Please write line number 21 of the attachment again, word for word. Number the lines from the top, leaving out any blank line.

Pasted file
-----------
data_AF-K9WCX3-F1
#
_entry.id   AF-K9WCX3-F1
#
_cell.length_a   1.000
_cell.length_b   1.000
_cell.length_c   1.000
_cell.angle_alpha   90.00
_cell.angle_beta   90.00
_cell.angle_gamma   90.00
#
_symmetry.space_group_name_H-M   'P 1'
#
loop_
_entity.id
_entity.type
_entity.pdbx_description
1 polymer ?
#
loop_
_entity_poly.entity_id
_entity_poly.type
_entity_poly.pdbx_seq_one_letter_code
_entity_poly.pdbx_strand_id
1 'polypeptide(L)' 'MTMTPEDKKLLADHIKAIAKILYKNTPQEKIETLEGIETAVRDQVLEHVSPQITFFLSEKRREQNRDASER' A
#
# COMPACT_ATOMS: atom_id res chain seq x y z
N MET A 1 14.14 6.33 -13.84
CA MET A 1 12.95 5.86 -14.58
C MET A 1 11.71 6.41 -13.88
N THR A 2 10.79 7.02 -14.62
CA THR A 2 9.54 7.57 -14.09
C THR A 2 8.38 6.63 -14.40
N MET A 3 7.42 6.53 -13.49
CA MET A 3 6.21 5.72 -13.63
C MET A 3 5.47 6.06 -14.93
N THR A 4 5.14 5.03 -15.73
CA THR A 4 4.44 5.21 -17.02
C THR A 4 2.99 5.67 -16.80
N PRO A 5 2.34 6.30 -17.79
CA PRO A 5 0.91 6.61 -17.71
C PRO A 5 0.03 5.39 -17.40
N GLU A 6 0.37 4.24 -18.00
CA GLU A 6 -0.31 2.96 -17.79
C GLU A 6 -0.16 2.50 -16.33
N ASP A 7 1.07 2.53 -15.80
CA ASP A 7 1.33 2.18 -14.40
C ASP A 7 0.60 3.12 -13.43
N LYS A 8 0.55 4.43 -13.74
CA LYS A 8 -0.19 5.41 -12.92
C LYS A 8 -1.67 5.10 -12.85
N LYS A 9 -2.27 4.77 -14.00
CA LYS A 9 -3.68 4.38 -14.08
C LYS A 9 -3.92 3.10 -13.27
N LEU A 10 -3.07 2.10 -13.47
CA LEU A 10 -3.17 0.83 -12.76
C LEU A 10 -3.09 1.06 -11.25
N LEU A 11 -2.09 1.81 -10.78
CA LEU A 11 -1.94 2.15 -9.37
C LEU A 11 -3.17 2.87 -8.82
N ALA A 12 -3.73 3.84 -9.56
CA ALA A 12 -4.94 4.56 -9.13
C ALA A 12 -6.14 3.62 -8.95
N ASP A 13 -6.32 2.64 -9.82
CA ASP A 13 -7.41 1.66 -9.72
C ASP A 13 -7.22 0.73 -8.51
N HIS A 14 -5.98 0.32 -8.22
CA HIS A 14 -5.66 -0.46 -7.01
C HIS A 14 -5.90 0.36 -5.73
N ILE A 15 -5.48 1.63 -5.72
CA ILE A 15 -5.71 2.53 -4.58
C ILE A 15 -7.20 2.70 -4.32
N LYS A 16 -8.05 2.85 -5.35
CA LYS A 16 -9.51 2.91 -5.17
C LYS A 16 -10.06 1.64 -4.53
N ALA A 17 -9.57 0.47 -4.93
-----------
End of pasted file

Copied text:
_entity_poly.entity_id